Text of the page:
After astounding growth in 2013, luxury property sales returned to more normal levels in San Francisco last year, although the region still ranks as one of the top-performing high-end real estate markets in the world.
In its 2015 Luxury Defined report, Christie’s International Real Estate gave San Francisco the second-highest score – 54 of a possible 100 – on its Luxury Thermometer metric, which tracks growth and demand at the top end of the global market. CIRE uses four factors to gauge a region’s luxury temperature, including annual sales growth and fewest average days on market.
In 2014, sales of $1 million homes in San Francsico grew by 19 percent on an annual basis, down from a whopping 62 percent in 2013. Pacific Union CEO Mark A. McLaughlin told CIRE that the slowdown was predictable and that the region’s high-performance economy will continue to drive growth in luxury home sales.
“The Bay Area is still experiencing a perfect storm of hot market conditions, exceptional job growth, excellent income levels, and limited supply,” McLaughlin said.
Because housing inventory in the Bay Area remains constrained, high-end homes in San Francisco leave the market quickly. According to the report, luxury homes in our region sold in an average of 71 days as of December 2014, eight days faster than a year ago and second only to Toronto.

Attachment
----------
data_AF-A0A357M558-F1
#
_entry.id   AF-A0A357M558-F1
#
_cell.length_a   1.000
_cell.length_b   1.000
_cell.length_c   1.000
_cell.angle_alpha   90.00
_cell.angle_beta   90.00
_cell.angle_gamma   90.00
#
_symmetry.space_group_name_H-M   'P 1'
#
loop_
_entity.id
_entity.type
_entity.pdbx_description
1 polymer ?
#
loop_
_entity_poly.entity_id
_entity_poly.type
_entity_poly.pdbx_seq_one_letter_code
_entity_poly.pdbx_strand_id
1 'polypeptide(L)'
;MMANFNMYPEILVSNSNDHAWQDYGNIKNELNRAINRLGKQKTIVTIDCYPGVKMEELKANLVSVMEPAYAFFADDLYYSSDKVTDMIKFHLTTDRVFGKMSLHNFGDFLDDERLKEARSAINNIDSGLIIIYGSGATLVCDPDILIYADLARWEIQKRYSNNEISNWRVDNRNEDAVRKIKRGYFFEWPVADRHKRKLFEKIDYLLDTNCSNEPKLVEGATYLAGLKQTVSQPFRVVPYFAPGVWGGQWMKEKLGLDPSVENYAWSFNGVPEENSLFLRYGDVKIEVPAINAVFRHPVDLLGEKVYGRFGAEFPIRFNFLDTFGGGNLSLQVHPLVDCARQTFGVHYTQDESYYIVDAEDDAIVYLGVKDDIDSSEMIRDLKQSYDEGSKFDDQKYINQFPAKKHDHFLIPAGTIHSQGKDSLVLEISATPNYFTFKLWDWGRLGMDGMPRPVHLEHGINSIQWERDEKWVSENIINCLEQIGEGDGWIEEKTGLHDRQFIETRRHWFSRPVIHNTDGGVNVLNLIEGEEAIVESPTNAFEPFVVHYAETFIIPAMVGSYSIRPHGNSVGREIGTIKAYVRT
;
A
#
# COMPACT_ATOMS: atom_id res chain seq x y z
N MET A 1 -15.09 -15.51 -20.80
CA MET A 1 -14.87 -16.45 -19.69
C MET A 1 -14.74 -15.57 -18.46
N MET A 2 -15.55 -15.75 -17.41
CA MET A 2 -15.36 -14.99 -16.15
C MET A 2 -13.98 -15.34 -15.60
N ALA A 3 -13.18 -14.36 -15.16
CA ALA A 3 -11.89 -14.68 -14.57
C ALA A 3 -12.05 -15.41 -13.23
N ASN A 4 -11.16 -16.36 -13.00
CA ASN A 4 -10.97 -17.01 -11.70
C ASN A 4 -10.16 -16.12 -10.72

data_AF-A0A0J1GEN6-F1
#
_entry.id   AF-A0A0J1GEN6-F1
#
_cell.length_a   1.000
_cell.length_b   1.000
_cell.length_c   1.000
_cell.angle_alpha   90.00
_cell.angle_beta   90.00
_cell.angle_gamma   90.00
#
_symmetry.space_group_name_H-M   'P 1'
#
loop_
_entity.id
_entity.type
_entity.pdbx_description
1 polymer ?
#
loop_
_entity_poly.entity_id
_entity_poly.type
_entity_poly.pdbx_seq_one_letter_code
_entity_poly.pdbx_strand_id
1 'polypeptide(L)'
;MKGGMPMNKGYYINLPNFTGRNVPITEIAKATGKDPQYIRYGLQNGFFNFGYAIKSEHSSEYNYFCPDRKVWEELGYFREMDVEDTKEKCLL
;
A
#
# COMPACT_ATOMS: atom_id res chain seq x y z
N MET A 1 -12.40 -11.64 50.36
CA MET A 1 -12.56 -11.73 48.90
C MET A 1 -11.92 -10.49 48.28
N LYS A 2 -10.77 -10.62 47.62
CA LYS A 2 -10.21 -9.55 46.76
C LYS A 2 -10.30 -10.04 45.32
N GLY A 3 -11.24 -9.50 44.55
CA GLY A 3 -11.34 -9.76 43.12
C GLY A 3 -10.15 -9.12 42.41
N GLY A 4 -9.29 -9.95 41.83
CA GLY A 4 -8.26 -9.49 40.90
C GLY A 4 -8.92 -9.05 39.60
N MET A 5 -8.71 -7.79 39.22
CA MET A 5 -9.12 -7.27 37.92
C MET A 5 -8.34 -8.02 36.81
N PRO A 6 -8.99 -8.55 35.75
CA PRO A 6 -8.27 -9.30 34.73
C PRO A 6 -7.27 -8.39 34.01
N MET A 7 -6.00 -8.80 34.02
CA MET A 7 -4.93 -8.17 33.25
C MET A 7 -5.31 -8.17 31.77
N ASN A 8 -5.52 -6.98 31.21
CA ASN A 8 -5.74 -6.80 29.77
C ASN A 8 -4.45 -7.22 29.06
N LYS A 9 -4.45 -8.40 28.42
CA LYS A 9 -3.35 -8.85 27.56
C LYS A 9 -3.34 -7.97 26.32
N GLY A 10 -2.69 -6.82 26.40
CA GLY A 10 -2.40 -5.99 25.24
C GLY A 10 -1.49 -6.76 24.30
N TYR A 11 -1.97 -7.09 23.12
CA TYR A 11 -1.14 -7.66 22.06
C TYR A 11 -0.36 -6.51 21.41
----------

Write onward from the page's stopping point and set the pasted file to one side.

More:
And though San Francisco remains a pricey place to purchase a luxury property, it is still relatively affordable by global – and even national – standards. CIRE says the entry point for a luxury home in San Francisco is $3 million, compared with $5 million in New York, $6 million in London, and $8 million in Los Angeles.
Luxury buyers can also get more home for their money in the Bay Area than they can in other top international destinations, says the report, which compares listings from around the globe. For $5 million, a homebuyer in San Francisco could purchase a four-bedroom, 4,800-square-foot, single-family home with Golden Gate Bridge views. In London, $5 million buys a two-bedroom, 1,300-square-foot flat, while in New York, that money fetches a three-bedroom, 1,865-square-foot condominium on Manhattan’s Upper East Side.
Last year saw an uptick of so-called “trophy home” transactions, CIRE says, with global sales of $100-million-plus homes reaching an all-time high. According to the report, five such homes around the world sold in 2014, and there have been 13 $100-million-plus sales since 2010.
Perhaps unsurprisingly, two of those 13 trophy sales happened in Silicon Valley, where mind-bogglingly expensive real estate is almost a given. In 2011, a single-family home in Los Altos Hills found a buyer for $100 million, while a home in Woodside sold for $117.5 million the following year.
(Photo: Flickr/Allan Ferguson)